Buffalo Soldier by Tanya Landman

Challenge 18 ~ “A Carnegie Medal winning book.”


★ ★ ★ ★ ★

This was another of those books which blew me out of the water this year. It’s an understatement to say that I wasn’t expecting much from this book – I’ve had many a negative experience of historical fiction that too often they overshadow the fantastic ones. Without a shadow of doubt, however, this is definitely one of the latter (and its Carnegie Medal just goes to prove this.)

Opening the novel may have been a struggle, but after beginning the first pages, it was anything but. From the very beginning Landman achieved a balance that made it both informative and engaging. Coming from the English school system, I had very little background knowledge on the American Civil War (except, of course, from Gone with the Wind!) and yet I felt included and comfortable in the historical setting, learning leaps and bounds as time went on.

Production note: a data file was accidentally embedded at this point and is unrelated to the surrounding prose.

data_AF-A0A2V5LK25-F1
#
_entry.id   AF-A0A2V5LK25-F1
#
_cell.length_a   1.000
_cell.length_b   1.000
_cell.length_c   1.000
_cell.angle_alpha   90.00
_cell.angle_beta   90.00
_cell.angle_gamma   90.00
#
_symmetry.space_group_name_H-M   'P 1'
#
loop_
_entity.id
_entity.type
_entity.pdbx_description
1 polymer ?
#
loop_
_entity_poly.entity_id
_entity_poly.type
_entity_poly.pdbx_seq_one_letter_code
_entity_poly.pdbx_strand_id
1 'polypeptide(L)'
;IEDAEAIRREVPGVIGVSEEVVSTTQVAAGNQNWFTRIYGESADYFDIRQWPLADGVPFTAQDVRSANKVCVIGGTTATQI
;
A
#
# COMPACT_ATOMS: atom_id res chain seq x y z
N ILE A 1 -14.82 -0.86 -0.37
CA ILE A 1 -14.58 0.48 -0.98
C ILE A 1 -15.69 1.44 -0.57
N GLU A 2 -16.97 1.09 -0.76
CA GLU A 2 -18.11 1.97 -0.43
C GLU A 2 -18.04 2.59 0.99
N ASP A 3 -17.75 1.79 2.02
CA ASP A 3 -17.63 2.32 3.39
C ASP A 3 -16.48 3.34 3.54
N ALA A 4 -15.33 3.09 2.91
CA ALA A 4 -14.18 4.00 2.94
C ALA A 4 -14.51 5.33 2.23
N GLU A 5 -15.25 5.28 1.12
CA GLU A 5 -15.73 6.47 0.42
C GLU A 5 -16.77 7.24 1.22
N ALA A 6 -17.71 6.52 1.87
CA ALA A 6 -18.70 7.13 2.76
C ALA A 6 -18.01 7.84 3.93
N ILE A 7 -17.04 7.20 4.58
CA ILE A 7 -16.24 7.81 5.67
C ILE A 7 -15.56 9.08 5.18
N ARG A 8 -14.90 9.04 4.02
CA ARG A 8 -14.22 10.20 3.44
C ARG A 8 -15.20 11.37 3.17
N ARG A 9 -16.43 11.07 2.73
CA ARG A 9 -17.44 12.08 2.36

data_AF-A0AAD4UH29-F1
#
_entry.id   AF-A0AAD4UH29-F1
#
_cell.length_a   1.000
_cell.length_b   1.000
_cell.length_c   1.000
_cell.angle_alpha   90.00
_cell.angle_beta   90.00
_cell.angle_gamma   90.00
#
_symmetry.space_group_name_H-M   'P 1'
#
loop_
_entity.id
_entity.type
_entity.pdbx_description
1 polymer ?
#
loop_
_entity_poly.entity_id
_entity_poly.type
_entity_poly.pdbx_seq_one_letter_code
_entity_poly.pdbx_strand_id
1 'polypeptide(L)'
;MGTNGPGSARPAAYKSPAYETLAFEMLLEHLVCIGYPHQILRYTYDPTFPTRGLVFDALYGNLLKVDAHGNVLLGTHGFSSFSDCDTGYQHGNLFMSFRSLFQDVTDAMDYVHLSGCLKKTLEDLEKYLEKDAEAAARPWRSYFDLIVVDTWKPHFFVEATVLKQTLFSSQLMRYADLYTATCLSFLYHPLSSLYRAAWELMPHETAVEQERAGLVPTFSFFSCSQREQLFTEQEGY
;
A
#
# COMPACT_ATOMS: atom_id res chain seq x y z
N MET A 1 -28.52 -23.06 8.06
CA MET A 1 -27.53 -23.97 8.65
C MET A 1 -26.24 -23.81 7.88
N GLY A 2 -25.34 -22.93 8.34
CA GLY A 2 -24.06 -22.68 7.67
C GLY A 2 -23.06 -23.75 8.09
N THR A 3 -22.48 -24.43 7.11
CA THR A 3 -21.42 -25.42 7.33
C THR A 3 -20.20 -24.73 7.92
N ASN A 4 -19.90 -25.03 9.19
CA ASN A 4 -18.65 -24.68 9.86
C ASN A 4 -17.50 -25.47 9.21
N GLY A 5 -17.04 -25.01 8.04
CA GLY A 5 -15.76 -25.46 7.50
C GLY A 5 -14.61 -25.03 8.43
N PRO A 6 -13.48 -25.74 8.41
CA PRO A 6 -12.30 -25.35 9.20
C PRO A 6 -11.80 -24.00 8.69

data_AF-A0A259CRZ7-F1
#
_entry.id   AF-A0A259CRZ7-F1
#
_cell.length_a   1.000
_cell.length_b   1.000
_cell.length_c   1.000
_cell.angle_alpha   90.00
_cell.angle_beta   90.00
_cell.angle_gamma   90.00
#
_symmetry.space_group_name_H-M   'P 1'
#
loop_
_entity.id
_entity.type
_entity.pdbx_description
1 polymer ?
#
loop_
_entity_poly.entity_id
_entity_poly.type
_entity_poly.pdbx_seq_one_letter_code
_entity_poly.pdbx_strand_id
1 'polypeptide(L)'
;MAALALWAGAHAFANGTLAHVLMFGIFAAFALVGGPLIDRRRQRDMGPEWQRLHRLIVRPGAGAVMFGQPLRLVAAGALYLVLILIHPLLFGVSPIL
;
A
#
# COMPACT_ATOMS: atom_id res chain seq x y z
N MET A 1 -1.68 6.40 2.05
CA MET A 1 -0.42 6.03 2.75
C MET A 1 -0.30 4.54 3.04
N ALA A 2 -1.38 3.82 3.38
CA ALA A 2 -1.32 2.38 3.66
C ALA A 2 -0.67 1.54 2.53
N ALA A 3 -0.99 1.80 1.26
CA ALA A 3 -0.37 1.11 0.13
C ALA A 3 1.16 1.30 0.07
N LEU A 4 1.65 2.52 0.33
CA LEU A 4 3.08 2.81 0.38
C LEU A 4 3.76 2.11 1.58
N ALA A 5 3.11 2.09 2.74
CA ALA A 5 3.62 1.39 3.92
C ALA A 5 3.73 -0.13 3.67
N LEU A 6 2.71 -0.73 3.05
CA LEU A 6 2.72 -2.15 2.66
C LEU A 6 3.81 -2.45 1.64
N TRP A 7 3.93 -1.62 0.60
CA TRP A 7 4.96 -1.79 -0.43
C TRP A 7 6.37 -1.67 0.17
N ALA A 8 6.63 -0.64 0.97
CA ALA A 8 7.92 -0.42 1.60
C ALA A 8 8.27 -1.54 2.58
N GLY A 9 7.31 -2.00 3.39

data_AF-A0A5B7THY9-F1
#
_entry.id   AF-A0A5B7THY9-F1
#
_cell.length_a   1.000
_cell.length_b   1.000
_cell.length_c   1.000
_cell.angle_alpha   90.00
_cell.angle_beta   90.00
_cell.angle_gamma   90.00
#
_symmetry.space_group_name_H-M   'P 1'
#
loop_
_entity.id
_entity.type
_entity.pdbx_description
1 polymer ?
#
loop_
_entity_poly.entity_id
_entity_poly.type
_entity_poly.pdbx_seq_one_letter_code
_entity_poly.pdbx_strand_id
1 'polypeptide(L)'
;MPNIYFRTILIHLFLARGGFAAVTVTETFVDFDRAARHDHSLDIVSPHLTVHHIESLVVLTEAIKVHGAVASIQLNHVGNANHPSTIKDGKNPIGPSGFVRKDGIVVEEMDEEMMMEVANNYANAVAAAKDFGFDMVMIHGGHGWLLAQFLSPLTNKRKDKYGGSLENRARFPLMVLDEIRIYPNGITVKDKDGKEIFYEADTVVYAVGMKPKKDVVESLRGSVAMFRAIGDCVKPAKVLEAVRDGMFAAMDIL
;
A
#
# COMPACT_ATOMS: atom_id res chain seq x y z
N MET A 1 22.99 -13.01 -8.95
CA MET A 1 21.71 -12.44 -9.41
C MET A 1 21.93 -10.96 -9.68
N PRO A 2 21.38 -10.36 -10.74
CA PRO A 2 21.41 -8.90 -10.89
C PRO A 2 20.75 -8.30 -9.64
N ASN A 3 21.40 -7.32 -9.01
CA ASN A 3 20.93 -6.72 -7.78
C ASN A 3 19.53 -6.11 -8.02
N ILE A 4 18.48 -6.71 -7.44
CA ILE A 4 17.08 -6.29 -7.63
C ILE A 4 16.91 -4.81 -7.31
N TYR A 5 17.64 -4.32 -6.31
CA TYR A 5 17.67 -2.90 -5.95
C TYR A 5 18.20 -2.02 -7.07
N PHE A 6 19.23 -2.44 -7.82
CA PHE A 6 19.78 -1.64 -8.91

Before too long I was approaching the middle, far more educated and much more engaged than I had been at the start. Adventure-wise, little was definitively under way, and yet the pacing had carried the reader confidently this far, without seeming trudgy in the least. But Landman didn’t let it stay this way for long!

Whilst maintaining the pace, informative role and stable characterisation, Landman launched into the action of the novel, continuing from strength to strength as the chapters unfurled. Characters came and went, time jumps occurred, and yet there was not a point where the reader’s interest or understanding faltered. Landman illustrated how historical fiction novels should be written, and drew me into the genre completely.

It’s a day I didn’t think I’d see so soon, when I award a historical fiction novel five stars without even an ounce of doubt. With Buffalo Soldier, however, Landman truly earned it, and I question why I never got around to her 2007 Carnegie shortlisted novel, Apache. Worry not, it’s certainly on my to-read list now (along with several other historical novels)! Even for the uneducated or non-historical fan, this is a truly incredible read and one that will resonate and raise questions for considerable time afterwards.

Recommended for fans of:

  • Gone With the Wind by Margaret Mitchell
  • Whose Side Are You On? by Alan Gibbons
  • The Silver Sword by Ian Serraillier

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